In another possible Iranian-backed attack, Houthi militants hit a Saudi ship with three suicide boats off the coast of Yemen on Monday, according to Reuters. Video of the incident surfaced on social media showing a large explosion. The explosion killed two members of the vessel’s crew. The Saudi-led coalition cited explosive-laden boats as the method of attack but Iranian state media, citing Houthi sources, reported that the an unspecified guided missile had hit the ship. An anonymous U.S. defense official tells Stars and Stripes that the ship appeared to be hit by something other than suicide boats.

Response? It’s not clear yet how the Trump administration will navigate the issue. National security advisor Mike Flynn’s book, Field of Fight, portrays Iran as “the linchpin” of a global terrorist alliance, and Defense Secretary James Mattis, as FP’s Dan De Luce and Paul McLeary have pointed out, is also a longtime Iran hawk. So much so that the Obama administration nudged him aside as commander of U.S. Central Command over his calls to strike Tehran’s military over attacks on U.S. troops in Iraq.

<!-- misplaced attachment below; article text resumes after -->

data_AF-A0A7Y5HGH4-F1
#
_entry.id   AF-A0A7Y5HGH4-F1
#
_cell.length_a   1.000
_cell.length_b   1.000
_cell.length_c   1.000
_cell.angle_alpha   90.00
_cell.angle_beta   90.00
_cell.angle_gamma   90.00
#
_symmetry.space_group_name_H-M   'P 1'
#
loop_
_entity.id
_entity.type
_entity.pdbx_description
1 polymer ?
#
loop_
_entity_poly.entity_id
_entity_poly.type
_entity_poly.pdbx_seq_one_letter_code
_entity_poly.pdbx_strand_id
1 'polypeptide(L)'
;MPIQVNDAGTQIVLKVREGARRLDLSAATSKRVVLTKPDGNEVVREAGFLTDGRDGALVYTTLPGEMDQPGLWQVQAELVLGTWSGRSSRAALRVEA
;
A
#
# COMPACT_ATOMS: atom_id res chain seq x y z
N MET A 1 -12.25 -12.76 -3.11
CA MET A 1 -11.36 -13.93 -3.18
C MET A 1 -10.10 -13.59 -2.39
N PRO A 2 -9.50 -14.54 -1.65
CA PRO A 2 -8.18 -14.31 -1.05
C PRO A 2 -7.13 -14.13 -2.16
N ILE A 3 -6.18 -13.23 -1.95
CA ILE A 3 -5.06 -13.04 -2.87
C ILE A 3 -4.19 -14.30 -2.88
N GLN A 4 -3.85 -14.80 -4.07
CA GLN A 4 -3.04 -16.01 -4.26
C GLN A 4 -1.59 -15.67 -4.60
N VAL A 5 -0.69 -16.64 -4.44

Welcome to SitRep. Send any tips, thoughts or national security events to paul.mcleary@foreignpolicy.com or via Twitter: @paulmcleary or @arawnsley.

SecDef

Defense Secretary James Mattis is headed to Asia for talks with allies in Japan and South Korea. In Tokyo, Mattis will meet with his Japanese counterparts but he won’t be asking them to cough up more to pay for protection from the U.S., as President Trump suggested during the campaign, according to the Japan Times. Pentagon spokesman Jeff Davis said that the trip will be more of a listening tour than anything else. Mattis also spoke by phone with South Korean Defense Minister Shortly before the visit, which includes a stop to South Korea Han Min-Koo before the trip. Hoo and Mattis both reaffirmed their commitment to the deployment of a Terminal High Altitude Area Defense system to defend against North Korean ballistic missiles despite recent pressure from China to cancel the deployment.

Moscow to Baghdad

Russian Foreign Minister Sergey Lavrov dropped some heavy hints that Moscow may be open to pitching in with some tips for the fight against the Islamic State. Lavrov said that Russia would be willing to provide extra intelligence help to Iraqi officials if they “show interest” in the proposal. In 2015, Russia announced that it had formed a joint coordination center in Baghdad with representatives from Iraq, Syria, and Iran to focus on fighting the Islamic State.

Yemen